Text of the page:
KHOBAR, Saudi Arabia (Reuters) - Saudi Arabia and Russia have signed an agreement to cooperate on nuclear energy development, a Saudi government body in charge of such projects said.
The government body, the King Abdullah City for Atomic and Renewable Energy, announced the cooperation deal on its website on Thursday but gave no further details.
Saudi-owned al-Arabiya TV, citing unnamed sources, said the kingdom planned to build 16 nuclear reactors in which Russia would play a significant role in operating them.
The Saudi atomic and renewable energy body has already signed nuclear cooperation deals with countries able to build reactors, including the United States, France, Russia, South Korea, China and Argentina.
It is not clear if this new deal, announced on Thursday, will take cooperation with Russia to a more advanced level.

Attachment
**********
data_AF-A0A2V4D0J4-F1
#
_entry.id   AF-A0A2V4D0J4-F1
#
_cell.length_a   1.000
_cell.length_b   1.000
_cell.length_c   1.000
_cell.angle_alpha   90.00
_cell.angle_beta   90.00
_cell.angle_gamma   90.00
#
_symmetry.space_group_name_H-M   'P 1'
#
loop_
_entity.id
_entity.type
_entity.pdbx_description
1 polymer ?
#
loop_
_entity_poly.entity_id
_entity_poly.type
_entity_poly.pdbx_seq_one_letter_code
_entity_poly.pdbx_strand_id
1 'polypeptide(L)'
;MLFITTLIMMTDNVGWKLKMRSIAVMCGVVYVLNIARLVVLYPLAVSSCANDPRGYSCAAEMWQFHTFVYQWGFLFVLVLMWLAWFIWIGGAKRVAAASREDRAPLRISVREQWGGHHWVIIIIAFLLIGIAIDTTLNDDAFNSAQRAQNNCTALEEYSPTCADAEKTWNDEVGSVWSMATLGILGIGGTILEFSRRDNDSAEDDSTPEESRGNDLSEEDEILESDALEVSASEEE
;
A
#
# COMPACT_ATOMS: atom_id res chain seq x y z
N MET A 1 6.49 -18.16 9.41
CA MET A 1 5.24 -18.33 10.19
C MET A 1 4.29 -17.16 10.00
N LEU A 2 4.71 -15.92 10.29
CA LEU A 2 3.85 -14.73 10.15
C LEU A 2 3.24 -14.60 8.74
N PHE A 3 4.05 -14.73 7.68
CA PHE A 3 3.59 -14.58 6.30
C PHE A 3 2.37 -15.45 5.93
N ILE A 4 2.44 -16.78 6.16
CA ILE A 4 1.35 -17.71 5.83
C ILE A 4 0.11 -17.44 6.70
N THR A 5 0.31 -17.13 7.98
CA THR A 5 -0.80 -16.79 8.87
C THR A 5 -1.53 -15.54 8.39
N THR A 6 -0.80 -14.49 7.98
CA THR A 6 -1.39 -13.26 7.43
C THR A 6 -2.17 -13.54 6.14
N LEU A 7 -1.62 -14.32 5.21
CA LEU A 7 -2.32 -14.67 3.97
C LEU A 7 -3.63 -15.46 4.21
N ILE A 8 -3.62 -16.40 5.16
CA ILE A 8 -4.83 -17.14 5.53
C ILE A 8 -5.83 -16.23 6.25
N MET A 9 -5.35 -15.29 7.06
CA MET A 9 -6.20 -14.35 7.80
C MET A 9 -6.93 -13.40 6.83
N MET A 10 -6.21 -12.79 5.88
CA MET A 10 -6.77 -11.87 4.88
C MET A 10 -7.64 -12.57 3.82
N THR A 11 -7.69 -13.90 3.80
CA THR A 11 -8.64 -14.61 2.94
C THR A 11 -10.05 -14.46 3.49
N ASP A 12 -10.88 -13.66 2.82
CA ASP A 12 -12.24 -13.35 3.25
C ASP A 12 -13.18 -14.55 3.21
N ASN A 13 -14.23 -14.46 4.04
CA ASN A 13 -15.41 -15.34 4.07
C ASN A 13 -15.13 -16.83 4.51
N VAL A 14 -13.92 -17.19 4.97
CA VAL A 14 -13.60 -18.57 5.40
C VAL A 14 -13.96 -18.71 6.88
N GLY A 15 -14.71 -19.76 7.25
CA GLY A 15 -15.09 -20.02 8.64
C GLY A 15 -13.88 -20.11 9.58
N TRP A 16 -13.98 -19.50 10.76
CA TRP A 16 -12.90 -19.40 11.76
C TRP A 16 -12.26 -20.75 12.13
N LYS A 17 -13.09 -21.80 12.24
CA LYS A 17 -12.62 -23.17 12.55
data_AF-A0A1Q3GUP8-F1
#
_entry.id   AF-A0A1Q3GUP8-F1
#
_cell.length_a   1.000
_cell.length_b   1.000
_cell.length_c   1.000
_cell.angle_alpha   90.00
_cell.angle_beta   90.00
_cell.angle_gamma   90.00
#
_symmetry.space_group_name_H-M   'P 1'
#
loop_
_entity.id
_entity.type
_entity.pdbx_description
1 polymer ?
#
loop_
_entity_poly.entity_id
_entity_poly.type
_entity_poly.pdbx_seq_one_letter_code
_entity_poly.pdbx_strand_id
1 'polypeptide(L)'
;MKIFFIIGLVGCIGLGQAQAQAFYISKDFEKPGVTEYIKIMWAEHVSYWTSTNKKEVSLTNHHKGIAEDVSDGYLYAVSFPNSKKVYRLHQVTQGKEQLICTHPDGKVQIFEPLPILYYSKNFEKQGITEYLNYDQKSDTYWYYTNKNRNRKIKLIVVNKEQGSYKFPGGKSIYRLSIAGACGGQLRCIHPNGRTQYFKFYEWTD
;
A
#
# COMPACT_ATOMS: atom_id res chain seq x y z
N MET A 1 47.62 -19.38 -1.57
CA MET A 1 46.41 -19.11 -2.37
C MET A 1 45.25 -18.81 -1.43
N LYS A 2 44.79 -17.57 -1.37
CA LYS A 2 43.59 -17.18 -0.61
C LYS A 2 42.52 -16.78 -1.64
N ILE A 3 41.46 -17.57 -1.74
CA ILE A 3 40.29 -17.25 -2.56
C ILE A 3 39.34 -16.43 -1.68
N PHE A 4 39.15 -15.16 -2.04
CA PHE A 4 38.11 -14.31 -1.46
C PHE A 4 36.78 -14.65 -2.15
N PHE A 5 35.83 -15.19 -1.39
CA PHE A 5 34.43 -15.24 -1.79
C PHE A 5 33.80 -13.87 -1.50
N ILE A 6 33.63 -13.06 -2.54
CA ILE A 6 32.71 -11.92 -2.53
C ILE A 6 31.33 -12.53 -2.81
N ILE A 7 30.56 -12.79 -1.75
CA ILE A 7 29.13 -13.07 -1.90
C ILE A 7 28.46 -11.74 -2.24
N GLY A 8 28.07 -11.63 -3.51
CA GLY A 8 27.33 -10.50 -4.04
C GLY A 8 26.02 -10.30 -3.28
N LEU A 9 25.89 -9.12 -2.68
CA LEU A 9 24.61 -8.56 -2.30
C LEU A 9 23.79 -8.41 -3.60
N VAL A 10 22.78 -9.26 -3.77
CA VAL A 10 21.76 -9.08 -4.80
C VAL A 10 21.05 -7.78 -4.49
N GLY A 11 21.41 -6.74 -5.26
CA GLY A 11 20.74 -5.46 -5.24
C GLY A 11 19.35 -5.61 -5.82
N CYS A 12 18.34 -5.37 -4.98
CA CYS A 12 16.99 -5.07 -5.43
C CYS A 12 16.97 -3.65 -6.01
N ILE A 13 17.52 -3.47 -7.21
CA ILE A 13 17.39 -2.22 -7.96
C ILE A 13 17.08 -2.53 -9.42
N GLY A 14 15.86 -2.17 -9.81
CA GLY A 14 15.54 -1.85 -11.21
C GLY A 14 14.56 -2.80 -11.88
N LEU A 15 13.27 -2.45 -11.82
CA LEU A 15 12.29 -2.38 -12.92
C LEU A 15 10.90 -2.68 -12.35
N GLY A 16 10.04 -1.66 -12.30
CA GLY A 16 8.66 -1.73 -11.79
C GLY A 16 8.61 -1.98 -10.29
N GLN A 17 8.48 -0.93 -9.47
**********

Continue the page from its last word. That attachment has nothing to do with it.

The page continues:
Saudi Oil Minister Ali al-Naimi was due to meet his counterpart Russian Energy Minister Alexander Novak in St Petersburg on Thursday to discuss a broad cooperation agreement.
In 2012, Saudi Arabia said it aimed to build 17 gigawatts (GW) of nuclear power by 2032 as well as around 41 GW of solar capacity. The oil exporter currently has no nuclear power plants.
Nuclear and solar power stations would reduce the diversion of Saudi Arabia’s oil output for use in domestic power generation, leaving more available for export.
Reporting by Reem Shamseddine. Editing by Jane Merriman